It’s often said that one man’s trash is another man’s treasure, or something along those lines. So, next time you decide you really do need something new for your home, consider going for second hand. Social media sites like https://web.facebook.com/groups/mumsinbhclassifieds/ are a rich resource and, with the often transitory nature of Bahrain’s expat population, there is always something new to discover. There are few things more satisfying that giving an unwanted piece of furniture a new look with a good clean or a lick of paint – this applies to the things you already have too – and the finished project will result in something new and unique to you. There are loads of online tutorial spaces, such as diynetwork.com, to get you started and right now, and for the foreseeable future, we all have some extra time on our hands. So, what’s stopping you?
Kick Out the Chemicals
From stains on the rug to mattresses that need a little freshening, you can be guaranteed that if you think you need it in your home, your local store will have at least a dozen products to help. But from bug spray to cleaning products, there are loads of more environment-friendly options. Check out these tips from Woman This Month https://womanthismonth.com/bahrain-homes-green-spring-clean/
You can also do away with laundry detergent with eco balls. Find out what we’re talking about here, but please excuse the guy’s really annoying voice! https://www.youtube.com/watch?v=__xpBSqj0NM
And, once the shops reopen, pay a visit to Chef & The Whale on Budaiya Highway to find dish scourers made from coconut husk and other eco-friendly cleaning products.
Bag It, Don’t Bin It
You can’t have failed to notice the proliferation of plastic bags across the island – some joke that they are almost the national flower! And, while the government has pledged a ban and environmental groups do their best to clean up (which, by the way, also applies to the masks and gloves we are all currently using), there can be absolutely no doubt that plastic bags are an unsightly and unhealthy blight on the landscape. The answer to this one is simple – DON’T USE THEM. Many of us are old enough to remember the days when our mums didn’t leave the house without some sort of fabric shopping bag and, though it takes a bit of remembering and getting used to, there’s no reason we can’t get back into that habit. Stick a funky fold-up bag in your handbag or briefcase and keep your stock of Bags for Life in the car, so you’re never caught short. OK, so that’s the ideal but if you do find yourself leaving the supermarket with a bunch of plastic bags, make sure you at least re-use them – from bin liners to dog poo bags or cat litter tray liners (both of which can be found in biodegradable forms), make sure you don’t just bin them after one use.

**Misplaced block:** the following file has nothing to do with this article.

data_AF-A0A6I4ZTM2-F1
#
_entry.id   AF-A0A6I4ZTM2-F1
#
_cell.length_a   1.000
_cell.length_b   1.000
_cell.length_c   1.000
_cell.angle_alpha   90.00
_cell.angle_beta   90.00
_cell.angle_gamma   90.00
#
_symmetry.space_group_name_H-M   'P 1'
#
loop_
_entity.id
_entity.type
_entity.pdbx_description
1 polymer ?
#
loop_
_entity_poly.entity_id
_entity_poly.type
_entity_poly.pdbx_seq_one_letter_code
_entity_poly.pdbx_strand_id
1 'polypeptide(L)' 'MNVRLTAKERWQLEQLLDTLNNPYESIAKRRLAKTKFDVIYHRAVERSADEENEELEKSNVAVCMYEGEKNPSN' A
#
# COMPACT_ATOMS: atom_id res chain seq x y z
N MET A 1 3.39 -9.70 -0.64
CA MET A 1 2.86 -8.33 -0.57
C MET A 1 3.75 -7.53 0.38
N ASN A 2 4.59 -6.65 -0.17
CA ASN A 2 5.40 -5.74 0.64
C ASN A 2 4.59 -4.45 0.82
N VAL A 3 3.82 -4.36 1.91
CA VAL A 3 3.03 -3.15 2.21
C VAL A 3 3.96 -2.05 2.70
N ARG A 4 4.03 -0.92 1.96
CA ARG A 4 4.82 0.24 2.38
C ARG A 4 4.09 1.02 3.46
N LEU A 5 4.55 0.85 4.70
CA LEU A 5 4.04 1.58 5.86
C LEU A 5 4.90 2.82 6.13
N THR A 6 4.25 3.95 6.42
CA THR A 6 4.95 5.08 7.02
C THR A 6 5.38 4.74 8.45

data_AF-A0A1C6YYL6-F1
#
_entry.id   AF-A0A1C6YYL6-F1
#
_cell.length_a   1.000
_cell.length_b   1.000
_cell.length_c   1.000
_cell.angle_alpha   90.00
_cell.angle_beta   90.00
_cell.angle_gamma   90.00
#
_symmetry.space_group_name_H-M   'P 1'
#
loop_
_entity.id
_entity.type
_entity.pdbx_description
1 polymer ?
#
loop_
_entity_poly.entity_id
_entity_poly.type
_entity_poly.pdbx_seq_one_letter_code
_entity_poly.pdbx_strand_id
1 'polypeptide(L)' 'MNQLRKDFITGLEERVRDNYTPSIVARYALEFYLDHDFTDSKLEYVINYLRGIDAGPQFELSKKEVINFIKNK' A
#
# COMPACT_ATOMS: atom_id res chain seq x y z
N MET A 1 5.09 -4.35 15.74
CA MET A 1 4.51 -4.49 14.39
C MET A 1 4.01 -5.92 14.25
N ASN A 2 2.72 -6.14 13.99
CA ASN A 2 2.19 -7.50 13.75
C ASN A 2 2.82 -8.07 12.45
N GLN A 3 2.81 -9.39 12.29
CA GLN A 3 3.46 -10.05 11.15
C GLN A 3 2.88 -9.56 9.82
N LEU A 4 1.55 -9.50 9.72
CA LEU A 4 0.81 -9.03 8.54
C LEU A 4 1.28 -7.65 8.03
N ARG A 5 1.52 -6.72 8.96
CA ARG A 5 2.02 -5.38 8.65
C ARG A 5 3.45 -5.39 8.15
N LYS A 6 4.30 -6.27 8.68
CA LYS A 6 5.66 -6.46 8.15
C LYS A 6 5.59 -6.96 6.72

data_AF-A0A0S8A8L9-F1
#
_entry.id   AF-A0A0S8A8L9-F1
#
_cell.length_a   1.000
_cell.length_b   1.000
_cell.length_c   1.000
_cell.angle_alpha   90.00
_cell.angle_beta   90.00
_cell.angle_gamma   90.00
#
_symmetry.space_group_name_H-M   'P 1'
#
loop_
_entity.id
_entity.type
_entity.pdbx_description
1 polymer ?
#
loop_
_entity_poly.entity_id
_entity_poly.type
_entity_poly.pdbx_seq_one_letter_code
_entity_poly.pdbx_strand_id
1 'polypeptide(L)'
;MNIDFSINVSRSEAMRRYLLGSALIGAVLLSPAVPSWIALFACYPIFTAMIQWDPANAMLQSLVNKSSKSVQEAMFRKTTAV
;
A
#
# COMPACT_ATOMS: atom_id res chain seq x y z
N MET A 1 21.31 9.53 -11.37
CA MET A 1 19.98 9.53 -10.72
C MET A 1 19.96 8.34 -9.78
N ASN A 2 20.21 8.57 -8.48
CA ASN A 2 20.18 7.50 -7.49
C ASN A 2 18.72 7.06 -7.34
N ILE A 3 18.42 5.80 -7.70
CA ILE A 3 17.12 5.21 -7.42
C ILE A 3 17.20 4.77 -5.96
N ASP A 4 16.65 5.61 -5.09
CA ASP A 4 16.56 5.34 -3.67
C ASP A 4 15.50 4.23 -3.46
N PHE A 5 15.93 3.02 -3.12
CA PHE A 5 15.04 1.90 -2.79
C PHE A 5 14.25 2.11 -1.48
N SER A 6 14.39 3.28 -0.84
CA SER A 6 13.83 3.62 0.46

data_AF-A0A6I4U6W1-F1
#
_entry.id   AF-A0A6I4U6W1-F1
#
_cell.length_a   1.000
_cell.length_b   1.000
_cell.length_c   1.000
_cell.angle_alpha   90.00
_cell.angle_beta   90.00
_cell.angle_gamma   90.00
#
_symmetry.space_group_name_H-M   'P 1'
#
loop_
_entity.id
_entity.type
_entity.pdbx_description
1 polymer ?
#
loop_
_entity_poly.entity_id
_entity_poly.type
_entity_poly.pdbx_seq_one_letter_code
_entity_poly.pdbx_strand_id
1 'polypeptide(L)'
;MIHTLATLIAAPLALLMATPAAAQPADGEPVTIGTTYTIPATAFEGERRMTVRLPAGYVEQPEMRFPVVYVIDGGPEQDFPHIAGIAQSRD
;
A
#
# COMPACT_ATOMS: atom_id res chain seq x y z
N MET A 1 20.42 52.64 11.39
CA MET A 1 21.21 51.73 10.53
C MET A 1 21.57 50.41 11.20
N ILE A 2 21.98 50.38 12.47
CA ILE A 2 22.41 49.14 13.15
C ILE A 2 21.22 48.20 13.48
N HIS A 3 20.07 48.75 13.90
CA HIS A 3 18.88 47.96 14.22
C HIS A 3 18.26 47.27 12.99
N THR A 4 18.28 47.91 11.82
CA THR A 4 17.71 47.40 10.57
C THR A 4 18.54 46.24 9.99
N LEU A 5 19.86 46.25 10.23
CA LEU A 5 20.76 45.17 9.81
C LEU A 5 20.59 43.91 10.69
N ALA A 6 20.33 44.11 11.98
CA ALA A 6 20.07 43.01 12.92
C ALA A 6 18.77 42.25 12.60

So, there you have it. It’s really easy to get overwhelmed by climate change and carbon footprint reports and think there’s nothing we can do about it. But it’s also really easy to make small changes that, if we all adopt them, will make a BIG difference.
Happy Earth Day!